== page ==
Local changes

These small changes can be made by only considering a few lines of code at a time. They’re easy to understand and easy to verify for correctness.

For-each loop

If we’re using generics, then we’re using Java 5+, which means the for-each loop is also supported. We should use the enhanced for loop to eliminate the boring boilerplate code of using an explicit iterator. This makes the import statement for java.util.Iterator no longer needed. Also, we take advantage of auto-unboxing to use the int type rather than Integer. Afterward, since the loop has very few tokens, I prefer to eliminate the braces too.

import java.util.Iterator;
...
for (Iterator<Integer> iter = list.iterator(); iter.hasNext();)
{
    sum += iter.next();
}

Revised:

for (int x : list)
    sum += x;

Unnecessary parentheses

We know that == and != have a higher precedence than &&. Using equality and logical operators in the same expression is so common that it pays to learn this precedence by heart. Thus we should remove the unnecessary parentheses here.

if ((MSum == n) && (MSum != NSum))

Revised:

if (MSum == n && MSum != NSum)

Unnecessary if+return

Using an if-statement to return a Boolean true/false value is redundant. We can take the condition of the if-statement and return it directly instead.

if (MSum == n && MSum != NSum)
    return true;
return false;

Revised:

return MSum == n && MSum != NSum;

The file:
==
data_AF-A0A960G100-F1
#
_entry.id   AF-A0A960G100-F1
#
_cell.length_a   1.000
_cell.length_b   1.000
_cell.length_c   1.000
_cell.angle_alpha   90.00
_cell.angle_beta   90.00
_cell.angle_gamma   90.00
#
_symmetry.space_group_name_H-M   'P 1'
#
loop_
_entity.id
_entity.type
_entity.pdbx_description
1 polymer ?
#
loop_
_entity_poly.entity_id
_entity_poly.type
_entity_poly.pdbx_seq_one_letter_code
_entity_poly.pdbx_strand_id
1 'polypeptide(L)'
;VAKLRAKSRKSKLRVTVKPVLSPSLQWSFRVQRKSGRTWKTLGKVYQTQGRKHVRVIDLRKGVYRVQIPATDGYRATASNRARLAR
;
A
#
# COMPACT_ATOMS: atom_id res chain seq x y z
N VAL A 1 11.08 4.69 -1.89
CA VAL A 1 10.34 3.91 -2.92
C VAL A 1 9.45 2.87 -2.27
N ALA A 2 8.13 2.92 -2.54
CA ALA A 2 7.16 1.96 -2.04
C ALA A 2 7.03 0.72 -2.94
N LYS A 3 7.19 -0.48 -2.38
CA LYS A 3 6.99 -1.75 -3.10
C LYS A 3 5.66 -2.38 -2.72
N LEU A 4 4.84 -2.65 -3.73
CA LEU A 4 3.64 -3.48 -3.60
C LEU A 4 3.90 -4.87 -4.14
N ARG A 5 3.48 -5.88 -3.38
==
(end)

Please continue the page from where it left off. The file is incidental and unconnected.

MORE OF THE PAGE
Recommended parentheses

This expression is correct but brittle – for example, if we add a string in front (e.g. print("Time: " + end-begin + "ms")), then it’ll fail to compile. So it’s a good idea to add parentheses here.

System.out.println(end-begin + "ms");

Revised:

System.out.println((end-begin) + "ms");

Non-Javadoc comment

Because this comment starts with /**, it’s syntactically a Javadoc comment. But Javadoc comments are only applicable to classes, interfaces, enums, fields, methods, and constructors – not to local variables. This comment would appear to document the local variable NList, but this isn’t supported and the content of the comment is unrelated to NList anyhow. Also, some text editors show Javadoc comments differently from regular comments, so this is misleading. Let’s remove the extra stars in the comment.

/*** If n's divisors form an amicable set, return true ***/
// Create a list of n's proper divisors
ArrayList<Integer> NList = new ArrayList<Integer>(createList(n));

Revised:

/* If n's divisors form an amicable set, return true */
// Create a list of n's proper divisors
ArrayList<Integer> NList = new ArrayList<Integer>(createList(n));

After local changes

After performing the five changes above, plus deleting {a pair of braces, a few trailing tabs, and blank lines}, we get Problem021-1.java.


Contextual changes